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The Obligation of Straightening the Rows and Attaining Perfection Therein

Imām Muḥammad ibn Ṣāliḥ al-ʿUthaymīn

An explanation on the actions that must be in place to straighten and perfect the rows in different circumstances.

The Ruling of Straightening the Rows of the Congregation

It is from the sunnah to straighten the rows when performing congregational ṣalāh. As the Prophet (صلى الله عليه وسلم) used to order this saying: “Straighten your rows”1, guiding and directing his companions to this to the extent that they fully comprehended and understood it from him. One day, when he (صلى الله عليه وسلم) came upon the congregation and the iqāmah was called, he found a man whose chest was visible [due to his forward position in the row], He said: “Servants of Allāh! You must indeed straighten your rows or Allāh shall certainly cause dissension to occur amongst your hearts”.2 His saying “You must indeed straighten” is a statement made in answer to an oath that linguistically precedes it; It is like he (صلى الله عليه وسلم) said “By Allāh! You must indeed straighten…”. This ḥadīth is also precautionary as he (صلى الله عليه وسلم) said: “or Allāh shall certainly cause dissension to occur amongst your hearts” that is, among your opinions and views leading to the disunity of your hearts. This is a clear warning to those who abandon straightening the rows. For this reason, some scholars have adopted the stance that straightening the rows is obligatory. They evidence this position using the command issued by the Prophet (صلى الله عليه وسلم) and the threat made against those who oppose this order. They reason that if an act is ordered and the one who opposes it is additionally censured, we are unable to rule that act as merely recommended. Herego, the correct opinion in this issue is that straightening the rows is obligatory, and that any congregation that does not straighten their rows is sinful. This is also the apparent position elucidated from the statements made by Shaykh al-Islām Ibn Taymiyyah (رحمه الله).

[Q]: If a congregation opposes this order and does not straighten the rows, is their ṣalāh invalid because they have abandoned an obligatory command?

[A]: There is a possibility of invalidity. It may be said: Their ṣalāh is invalid because they have abandoned an explicit order. Although there is a greater likelihood that their ṣalāh is still considered valid, although they are sinful. This is because straightening the rows is obligatory for the performance of (congregational) ṣalāh, not a part of the ṣalāh itself. That is, it is an action that is external to the performance of the ṣālāh. A person will be sinful in relation to his abandonment of any act that is obligatory for the performance of ṣalāh, but his ṣalāh will still be considered valid. For example, the adhān is obligatory for the performance of ṣalāh, but the ṣalāh itself is not invalid if it is not called.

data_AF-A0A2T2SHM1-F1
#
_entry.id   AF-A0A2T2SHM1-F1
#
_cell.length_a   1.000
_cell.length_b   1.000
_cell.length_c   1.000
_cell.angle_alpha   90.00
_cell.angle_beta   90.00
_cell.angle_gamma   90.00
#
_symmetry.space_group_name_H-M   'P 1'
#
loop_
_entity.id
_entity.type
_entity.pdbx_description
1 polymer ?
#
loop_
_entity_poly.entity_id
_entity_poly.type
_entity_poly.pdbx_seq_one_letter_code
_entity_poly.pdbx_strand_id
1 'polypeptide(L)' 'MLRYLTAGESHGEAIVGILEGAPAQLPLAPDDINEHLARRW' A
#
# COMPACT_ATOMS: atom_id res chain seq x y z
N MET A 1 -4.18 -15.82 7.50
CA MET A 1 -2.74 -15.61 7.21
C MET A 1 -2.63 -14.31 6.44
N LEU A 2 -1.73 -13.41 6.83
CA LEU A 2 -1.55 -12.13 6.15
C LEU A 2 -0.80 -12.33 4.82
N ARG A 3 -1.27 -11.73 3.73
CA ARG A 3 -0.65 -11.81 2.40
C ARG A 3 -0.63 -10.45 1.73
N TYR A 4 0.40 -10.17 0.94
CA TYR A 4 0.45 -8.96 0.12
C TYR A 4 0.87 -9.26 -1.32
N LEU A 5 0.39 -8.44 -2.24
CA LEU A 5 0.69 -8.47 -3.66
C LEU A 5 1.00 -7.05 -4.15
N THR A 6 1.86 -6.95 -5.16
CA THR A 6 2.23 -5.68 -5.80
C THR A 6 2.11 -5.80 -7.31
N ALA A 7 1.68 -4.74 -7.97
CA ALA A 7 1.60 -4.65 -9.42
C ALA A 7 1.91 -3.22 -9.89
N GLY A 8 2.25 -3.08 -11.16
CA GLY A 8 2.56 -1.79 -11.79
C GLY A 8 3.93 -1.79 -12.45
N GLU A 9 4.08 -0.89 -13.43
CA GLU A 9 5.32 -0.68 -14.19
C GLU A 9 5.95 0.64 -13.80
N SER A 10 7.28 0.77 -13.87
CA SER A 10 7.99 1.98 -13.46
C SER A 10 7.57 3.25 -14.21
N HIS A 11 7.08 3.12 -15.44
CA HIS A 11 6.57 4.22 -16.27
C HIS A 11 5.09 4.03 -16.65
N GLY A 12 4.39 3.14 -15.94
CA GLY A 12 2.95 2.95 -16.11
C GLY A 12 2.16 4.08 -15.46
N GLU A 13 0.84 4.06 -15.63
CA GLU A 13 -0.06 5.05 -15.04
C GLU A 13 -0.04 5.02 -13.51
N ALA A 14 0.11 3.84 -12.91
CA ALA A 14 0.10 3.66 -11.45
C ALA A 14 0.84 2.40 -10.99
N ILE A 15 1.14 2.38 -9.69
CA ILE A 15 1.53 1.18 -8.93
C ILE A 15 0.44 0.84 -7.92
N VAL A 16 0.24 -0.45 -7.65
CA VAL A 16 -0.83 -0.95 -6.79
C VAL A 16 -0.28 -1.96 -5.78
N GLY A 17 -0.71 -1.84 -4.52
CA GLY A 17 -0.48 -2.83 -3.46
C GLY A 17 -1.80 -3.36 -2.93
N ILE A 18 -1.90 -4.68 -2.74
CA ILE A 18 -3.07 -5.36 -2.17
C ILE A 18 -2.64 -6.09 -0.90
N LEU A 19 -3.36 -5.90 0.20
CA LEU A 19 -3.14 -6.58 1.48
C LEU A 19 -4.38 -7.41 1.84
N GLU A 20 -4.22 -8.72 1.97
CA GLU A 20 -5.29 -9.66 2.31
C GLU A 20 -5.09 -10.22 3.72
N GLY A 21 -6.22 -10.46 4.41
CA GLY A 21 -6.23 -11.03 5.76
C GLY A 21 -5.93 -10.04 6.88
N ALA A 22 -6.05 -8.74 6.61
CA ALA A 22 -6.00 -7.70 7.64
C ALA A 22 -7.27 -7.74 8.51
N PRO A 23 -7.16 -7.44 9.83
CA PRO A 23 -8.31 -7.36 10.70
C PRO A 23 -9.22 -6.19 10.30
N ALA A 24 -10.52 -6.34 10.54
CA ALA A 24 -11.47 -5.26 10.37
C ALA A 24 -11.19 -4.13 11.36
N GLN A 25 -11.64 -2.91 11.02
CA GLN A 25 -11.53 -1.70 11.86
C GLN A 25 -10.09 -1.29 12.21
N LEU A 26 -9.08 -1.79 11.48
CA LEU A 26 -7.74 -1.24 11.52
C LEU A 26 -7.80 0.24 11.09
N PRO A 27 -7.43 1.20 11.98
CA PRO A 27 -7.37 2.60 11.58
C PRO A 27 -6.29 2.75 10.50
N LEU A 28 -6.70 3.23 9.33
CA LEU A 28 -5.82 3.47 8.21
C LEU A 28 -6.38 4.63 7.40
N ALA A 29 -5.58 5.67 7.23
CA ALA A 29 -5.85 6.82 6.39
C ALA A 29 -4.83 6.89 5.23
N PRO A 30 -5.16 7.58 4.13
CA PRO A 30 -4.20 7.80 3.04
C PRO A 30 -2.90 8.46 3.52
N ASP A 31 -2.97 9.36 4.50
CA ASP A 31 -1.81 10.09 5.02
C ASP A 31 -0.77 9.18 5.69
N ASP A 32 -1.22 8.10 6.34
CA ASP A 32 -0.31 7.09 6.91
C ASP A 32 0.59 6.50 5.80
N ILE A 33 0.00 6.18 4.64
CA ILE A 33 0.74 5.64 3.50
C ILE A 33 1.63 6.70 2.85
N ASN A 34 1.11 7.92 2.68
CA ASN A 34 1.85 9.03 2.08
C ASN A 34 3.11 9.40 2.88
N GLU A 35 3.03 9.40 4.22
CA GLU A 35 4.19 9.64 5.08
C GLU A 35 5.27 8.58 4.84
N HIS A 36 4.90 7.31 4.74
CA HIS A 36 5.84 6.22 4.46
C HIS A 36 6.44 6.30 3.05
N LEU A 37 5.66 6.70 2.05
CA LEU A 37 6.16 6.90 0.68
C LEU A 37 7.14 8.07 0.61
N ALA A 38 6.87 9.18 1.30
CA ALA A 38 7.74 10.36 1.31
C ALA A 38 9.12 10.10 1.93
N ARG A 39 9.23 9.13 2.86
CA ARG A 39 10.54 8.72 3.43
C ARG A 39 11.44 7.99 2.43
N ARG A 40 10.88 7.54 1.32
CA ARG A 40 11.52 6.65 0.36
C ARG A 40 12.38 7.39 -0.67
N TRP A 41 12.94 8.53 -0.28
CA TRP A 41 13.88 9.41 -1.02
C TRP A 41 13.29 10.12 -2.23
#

Straightening the rows is accomplished by complete straightness in the standing row, wherein no one stands in front of another.

[Q]: Is this straightness achieved by lining up the front of the congregation’s feet?

[A]: In terms of the upper portion of the body, it is achieved by lining up the shoulders. The lower portion is accomplished by lining up the heels of the feet. This is applicable to any even surface. As for praying on uneven ground, we should not take into account the shoulders of the congregation as the shoulders and heels of the people will not be in line with one another on uneven ground. Rather, we should only examine the heels in such a circumstance. As the heels, located below one’s thighs, provide support to the entire body. Therefore, these should be taken into account when attempting to straighten the rows. As for the tips of the feet, they do not represent a valid measure due to their inherent disparity. As some people have extremely large and others very small feet. We should, instead, use the heels as a measure.

A Congregatory Row Which Includes the Imām

The commanded act of straightening the rows, for which a warning has been issued, refers to straightening that entails people standing completely parallel to one another. There is no difference, with regards to this, whether the rows of the congregation are inclusive of the imām or just those behind him. In consideration of this, if the imām and those being led are standing in the same row, then the imām should stand completely in-line with those he is leading. He should not position himself slightly forward, contrary to the stance taken by some scholars who reason this slight forward position facilitates distinction of the imām from those being led. In response we say: This is contrary to the apparent meaning of the ḥadīth in which the Prophet (صلى الله عليه وسلم) held Ibn ʿAbbās (رضي الله عنه) by his head and positioned him on his right [during ṣalāh]. It was not narrated that he (صلى الله عليه وسلم) positioned Ibn ʿAbbās slightly behind him.3 Also, the imām and those being led, in this circumstance, are considered a single row. As such, it is legislated to straighten that row.